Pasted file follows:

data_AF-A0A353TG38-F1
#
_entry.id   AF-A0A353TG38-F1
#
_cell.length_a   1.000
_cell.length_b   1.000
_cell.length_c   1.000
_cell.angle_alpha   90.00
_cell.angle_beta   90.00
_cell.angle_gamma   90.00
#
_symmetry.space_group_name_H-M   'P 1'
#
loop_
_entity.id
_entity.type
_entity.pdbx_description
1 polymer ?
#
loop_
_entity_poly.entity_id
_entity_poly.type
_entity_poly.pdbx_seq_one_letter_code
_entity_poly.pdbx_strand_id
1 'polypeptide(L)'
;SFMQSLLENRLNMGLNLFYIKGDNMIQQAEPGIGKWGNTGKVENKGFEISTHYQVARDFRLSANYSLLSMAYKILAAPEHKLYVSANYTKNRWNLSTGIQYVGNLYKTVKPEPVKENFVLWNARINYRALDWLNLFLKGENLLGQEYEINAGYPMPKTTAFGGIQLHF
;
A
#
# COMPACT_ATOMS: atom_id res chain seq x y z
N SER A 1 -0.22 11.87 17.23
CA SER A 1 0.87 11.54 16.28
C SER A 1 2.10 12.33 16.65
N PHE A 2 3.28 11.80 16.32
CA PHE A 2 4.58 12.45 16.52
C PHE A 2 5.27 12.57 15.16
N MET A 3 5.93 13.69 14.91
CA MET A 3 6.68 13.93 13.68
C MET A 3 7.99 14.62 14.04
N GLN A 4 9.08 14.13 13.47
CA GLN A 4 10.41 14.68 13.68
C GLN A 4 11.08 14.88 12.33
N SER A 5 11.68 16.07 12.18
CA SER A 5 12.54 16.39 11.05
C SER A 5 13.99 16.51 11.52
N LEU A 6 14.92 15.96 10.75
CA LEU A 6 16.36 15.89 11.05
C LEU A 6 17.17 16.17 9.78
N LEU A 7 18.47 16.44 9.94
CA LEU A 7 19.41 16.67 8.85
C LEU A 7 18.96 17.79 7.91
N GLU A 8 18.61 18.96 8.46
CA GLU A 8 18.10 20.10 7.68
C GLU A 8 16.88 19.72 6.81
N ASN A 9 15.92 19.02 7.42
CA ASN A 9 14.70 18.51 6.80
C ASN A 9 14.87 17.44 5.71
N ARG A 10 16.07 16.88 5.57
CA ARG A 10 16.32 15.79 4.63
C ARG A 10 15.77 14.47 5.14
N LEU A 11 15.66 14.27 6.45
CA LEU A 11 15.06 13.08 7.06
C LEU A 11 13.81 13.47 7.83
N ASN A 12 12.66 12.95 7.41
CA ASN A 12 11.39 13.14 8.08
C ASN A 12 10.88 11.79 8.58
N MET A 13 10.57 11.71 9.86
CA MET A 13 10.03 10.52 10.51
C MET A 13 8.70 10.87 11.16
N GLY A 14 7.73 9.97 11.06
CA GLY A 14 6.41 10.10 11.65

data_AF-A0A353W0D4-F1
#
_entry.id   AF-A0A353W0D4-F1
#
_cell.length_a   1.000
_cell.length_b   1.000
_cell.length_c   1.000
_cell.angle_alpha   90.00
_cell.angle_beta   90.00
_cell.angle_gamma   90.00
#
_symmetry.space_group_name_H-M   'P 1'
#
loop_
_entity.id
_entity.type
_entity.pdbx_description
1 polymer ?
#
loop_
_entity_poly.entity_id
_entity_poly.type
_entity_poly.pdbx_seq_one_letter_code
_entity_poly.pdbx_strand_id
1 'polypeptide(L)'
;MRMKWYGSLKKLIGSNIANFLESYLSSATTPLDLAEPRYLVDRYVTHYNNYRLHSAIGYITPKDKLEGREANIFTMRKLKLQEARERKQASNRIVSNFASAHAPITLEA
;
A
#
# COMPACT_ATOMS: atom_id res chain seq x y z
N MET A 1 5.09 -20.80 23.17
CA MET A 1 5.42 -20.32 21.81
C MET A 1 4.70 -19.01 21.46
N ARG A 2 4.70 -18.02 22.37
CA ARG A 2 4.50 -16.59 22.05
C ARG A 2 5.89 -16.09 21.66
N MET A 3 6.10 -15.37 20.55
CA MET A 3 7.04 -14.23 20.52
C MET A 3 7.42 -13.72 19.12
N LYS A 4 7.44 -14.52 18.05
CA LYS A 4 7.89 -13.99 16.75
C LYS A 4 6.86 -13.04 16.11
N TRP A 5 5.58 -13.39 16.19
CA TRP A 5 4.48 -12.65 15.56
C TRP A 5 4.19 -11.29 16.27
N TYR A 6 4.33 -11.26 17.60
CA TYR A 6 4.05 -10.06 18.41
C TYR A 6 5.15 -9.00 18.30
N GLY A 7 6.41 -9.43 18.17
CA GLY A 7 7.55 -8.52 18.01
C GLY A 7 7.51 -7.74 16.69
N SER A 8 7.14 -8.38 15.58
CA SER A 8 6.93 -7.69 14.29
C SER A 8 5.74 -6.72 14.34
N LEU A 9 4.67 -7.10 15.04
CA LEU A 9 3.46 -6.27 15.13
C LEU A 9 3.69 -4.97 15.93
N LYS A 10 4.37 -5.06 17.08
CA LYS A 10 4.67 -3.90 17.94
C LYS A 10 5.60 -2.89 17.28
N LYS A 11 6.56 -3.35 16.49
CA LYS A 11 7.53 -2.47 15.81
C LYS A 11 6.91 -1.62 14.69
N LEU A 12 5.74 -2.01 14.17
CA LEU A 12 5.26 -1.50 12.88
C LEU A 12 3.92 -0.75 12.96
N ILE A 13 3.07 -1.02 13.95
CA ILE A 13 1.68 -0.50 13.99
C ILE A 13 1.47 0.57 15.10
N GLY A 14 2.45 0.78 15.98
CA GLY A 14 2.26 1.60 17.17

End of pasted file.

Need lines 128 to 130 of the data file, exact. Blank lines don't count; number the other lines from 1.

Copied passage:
C LEU A 9 3.69 -4.97 15.93
N LYS A 10 4.37 -5.06 17.08
CA LYS A 10 4.67 -3.90 17.94